Anti-corruption presidential candidate in Ecuador is assassinated at campaign event

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Presidential candidate in Ecuador is assassinated at campaign event

Fernando Villavicencio was killed by a gunman at a political rally in Quito, the capital of Ecuador, where drug trafficking and violence have surged.


An Ecuadorean presidential candidate known for speaking up against corruption was shot and killed Wednesday at a political rally in the capital amid a wave of startling violence in the South American country

President Guillermo Lasso confirmed the assassination of Fernando Villavicencio and suggested organized crime was behind his slaying. Villavicencio was one of eight candidates in the Aug. 20 presidential vote, though not the front-runner. The politician, 59, was the candidate for the Build Ecuador Movement.

A person holds a microphone and speaks.
Presidential candidate Fernando Villavicencio speaks during a campaign event at a school minutes before he was shot to death in Quito, Ecuador, on Wednesday.
(Associated Press)

“I assure you that this crime will not go unpunished,” Lasso said in a statement. “Organized crime has gone too far, but they will feel the full weight of the law.”

The attorney general’s office said that one suspect died in custody from wounds sustained in a firefight after the killing, and police detained six suspects following raids in Quito, the capital.

In his final speech before he was killed, Villavicencio promised a roaring crowd that he would root out corruption and lock up the country’s “thieves.”

Before the shooting, Villavicencio said he had received multiple death threats, including from affiliates of Mexico’s Sinaloa cartel, one of a slew of international organized crime groups that now operate in Ecuador. He said his campaign represented a threat to such groups.

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“Here I am showing my face. I’m not scared of them,” Villavicencio said in a statement, naming detained crime boss José Adolfo Macías by his alias, “Fito.”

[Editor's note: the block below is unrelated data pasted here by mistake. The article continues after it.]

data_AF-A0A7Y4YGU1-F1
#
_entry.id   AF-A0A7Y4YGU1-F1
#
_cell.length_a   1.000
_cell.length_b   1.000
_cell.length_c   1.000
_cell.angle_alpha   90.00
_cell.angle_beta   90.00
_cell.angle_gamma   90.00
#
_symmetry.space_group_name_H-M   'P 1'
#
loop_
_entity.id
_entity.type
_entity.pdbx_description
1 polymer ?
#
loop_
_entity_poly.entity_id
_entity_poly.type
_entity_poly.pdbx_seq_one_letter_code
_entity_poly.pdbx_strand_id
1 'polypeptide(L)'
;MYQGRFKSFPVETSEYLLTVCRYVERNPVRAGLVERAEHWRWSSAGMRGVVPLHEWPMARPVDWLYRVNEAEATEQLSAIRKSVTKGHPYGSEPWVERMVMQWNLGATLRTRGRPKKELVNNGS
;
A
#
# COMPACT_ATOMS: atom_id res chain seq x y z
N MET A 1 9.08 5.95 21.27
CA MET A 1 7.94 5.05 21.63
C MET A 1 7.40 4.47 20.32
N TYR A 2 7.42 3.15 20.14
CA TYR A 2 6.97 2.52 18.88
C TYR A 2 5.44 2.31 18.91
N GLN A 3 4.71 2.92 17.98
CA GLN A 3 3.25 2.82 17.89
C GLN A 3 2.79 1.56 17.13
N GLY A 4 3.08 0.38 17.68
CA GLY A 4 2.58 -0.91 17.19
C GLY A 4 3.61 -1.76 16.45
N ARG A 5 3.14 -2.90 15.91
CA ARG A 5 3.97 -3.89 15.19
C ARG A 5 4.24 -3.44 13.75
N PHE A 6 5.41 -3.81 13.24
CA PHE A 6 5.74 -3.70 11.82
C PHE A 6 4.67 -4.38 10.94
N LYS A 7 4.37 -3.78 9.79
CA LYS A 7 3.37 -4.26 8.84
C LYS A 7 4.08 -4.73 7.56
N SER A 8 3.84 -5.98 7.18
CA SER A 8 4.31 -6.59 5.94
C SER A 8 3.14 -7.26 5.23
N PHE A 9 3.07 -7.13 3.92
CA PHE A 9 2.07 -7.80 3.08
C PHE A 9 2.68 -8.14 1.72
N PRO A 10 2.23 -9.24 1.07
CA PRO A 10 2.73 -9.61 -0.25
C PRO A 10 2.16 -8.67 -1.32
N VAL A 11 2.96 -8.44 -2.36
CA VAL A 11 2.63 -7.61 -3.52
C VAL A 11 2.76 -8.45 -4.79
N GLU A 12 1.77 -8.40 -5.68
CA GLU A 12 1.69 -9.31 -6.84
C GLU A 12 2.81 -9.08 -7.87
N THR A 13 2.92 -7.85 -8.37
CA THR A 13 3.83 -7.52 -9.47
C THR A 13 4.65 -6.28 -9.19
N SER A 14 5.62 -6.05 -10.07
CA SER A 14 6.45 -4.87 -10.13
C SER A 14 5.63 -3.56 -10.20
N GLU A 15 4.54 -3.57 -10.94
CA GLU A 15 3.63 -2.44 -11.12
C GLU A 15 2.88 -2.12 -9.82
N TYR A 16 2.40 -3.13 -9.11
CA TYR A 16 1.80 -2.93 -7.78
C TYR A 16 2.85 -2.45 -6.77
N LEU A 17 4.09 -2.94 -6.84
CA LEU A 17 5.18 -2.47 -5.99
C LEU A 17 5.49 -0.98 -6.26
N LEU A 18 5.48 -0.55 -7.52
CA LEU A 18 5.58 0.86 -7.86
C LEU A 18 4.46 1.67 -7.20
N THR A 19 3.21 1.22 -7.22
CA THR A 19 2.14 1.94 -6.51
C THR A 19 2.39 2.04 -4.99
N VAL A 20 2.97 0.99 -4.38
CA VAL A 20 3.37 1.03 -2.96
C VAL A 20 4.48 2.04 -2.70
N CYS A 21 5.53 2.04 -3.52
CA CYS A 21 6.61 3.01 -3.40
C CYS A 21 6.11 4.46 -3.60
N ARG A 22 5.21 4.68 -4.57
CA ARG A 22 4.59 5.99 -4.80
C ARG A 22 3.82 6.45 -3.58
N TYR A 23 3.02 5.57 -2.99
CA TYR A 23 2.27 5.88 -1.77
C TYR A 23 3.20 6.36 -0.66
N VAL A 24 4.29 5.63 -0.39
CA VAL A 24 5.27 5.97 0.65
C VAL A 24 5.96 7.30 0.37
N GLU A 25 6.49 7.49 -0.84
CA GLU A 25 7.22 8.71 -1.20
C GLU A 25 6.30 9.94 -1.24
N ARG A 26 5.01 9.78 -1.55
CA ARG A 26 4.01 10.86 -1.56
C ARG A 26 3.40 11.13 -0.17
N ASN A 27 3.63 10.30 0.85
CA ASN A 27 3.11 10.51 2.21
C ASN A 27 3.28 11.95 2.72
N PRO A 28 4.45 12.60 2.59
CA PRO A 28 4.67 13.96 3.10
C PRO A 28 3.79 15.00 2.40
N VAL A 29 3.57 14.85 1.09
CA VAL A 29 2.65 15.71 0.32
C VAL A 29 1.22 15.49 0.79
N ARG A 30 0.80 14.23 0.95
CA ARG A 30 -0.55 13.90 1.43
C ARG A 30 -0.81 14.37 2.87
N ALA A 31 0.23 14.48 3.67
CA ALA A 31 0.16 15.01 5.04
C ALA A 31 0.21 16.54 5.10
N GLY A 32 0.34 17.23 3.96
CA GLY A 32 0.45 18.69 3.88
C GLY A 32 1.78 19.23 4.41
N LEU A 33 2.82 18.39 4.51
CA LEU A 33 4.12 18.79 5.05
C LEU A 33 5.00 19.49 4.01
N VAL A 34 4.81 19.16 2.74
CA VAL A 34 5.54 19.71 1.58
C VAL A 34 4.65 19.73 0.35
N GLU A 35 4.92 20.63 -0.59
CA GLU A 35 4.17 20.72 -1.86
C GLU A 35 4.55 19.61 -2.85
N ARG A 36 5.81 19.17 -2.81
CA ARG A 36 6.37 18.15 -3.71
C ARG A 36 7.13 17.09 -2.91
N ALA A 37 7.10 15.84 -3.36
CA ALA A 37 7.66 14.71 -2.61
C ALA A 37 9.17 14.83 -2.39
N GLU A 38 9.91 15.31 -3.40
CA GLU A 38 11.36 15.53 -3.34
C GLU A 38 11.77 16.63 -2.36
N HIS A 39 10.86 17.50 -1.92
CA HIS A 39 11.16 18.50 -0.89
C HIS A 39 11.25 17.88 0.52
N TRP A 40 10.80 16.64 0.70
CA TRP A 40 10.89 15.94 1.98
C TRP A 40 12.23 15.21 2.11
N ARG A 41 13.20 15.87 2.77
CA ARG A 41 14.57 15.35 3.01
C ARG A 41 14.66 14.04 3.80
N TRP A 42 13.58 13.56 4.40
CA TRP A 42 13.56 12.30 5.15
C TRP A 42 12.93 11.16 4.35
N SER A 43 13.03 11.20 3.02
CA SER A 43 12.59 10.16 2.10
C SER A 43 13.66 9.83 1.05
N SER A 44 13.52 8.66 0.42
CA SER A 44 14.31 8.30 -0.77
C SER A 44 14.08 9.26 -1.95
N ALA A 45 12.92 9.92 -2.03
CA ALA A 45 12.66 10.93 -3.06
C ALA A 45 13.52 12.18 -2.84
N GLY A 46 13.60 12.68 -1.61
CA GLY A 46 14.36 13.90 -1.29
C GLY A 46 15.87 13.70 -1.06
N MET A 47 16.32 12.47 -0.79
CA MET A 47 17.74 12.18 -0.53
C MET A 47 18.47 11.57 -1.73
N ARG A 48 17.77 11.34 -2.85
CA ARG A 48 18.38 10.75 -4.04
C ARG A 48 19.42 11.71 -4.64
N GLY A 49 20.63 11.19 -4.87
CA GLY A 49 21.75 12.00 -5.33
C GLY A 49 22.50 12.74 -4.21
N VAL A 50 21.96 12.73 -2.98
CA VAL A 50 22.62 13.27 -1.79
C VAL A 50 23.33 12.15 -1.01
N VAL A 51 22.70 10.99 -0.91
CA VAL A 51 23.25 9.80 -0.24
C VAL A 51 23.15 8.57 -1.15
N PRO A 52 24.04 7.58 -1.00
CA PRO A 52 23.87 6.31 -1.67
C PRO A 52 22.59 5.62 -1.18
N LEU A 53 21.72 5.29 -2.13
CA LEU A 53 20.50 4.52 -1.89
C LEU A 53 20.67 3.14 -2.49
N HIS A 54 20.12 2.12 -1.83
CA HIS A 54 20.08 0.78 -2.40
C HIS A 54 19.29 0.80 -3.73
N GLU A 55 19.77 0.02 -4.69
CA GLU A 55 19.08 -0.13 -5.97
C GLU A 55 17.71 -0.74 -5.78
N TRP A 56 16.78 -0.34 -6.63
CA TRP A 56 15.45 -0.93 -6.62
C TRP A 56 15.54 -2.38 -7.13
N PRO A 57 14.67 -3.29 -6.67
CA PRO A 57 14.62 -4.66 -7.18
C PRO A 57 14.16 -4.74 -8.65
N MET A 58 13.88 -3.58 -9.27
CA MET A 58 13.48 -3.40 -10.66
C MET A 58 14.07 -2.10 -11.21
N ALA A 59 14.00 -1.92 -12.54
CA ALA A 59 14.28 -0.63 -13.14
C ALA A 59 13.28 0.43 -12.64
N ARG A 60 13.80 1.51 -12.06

Violence in Ecuador has surged in the last year as drug traffickers have flocked to the nation, resulting in an uptick in drug trafficking, violent killings and child recruitment by gangs.


Just last month, the mayor of the port city of Manta was shot and killed. On July 26, Lasso declared a state of emergency covering two provinces and the country’s prison system in an effort to stem the violence.

Former vice president and candidate Otto Sonnenholzner said at a news conference following Villavicencio’s killing: “We are dying, drowning in a sea of tears, and we do not deserve to live like this. We demand that you do something.”

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Videos on social media appear to show Villavicencio walking out of his campaign rally surrounded by guards. One video then shows Villavicencio entering a white truck, followed by gunfire, information that was confirmed to the Associated Press by Patricio Zuquilanda, Villavicencio’s campaign advisor.

Lasso said “the murderers” threw a grenade into the street to cover their flight, but it didn’t explode. Police later destroyed the grenade with a controlled explosion, he added.

Authorities said that at least nine others were injured in the Wednesday shooting, including officers and a congressional candidate, in what they described as a “terrorist act.”

Zuquilanda said Villavicencio had received death threats, which he had reported to authorities and resulted in one detention. Zuquilanda called on international authorities to take action against the killing, attributing it to rising violence and drug trafficking.


“The Ecuadorean people are crying and Ecuador is mortally wounded,” he said. “Politics cannot lead to the death of any member of society.”

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Villavicencio was one of the most critical voices against corruption, especially during the government of former President Rafael Correa, from 2007-17.

He was also an independent journalist who investigated corruption in previous governments, later entering politics as an anti-graft campaigner.

Villavicencio filed numerous judicial complaints against high-ranking members of the Correa government, including against the former president himself. He was sentenced to 18 months in prison for defamation over his criticisms of Correa, and fled to Indigenous territory in Ecuador, later receiving asylum in neighboring Peru.

Edison Romo, a former military intelligence colonel, said the anti-corruption complaints made Villavicencio “a threat to international criminal organizations.”

Lasso, a conservative former banker, was elected in 2021 on a business-friendly platform and clashed from the start with the left-leaning majority coalition in the National Assembly.


A snap election was called after Lasso dissolved the National Assembly by decree in May, in a move to avoid being impeached over allegations that he failed to intervene to end a flawed contract between the state-owned oil transport company and a private tanker company.

Ecuador’s constitution includes a provision that allows the president to disband the assembly during a political crisis, but then requires new elections for both the assembly and the presidency.

Diana Atamaint, the president of the National Electoral Council, said the election date, Aug. 20, was “unalterable” because of constitutional and legal mandates, as well as electoral activities that have already been approved by the council.

The killing was met with an outcry by other candidates who demanded action, with presidential front-runner Luisa González of the Citizen Revolution party saying: “When they touch one of us, they touch all of us.”

Villavicencio was married and is survived by five children.